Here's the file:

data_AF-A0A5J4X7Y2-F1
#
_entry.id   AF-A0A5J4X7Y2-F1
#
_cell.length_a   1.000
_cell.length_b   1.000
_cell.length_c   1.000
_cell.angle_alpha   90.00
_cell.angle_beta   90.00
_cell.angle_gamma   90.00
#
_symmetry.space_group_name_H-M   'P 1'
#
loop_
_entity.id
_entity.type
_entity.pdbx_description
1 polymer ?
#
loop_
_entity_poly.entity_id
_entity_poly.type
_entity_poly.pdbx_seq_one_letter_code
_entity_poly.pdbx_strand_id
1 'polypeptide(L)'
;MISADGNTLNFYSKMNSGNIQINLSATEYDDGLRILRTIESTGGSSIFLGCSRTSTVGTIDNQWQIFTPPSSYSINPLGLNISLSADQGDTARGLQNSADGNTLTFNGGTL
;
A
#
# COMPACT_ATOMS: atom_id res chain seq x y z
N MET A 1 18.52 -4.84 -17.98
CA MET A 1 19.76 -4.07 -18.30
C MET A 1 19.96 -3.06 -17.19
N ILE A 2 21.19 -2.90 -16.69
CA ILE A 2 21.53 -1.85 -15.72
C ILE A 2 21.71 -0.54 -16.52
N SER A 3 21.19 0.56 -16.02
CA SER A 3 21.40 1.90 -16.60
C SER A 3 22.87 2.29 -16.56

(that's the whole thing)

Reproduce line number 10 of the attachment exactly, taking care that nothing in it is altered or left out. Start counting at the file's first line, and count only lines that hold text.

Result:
_cell.angle_gamma   90.00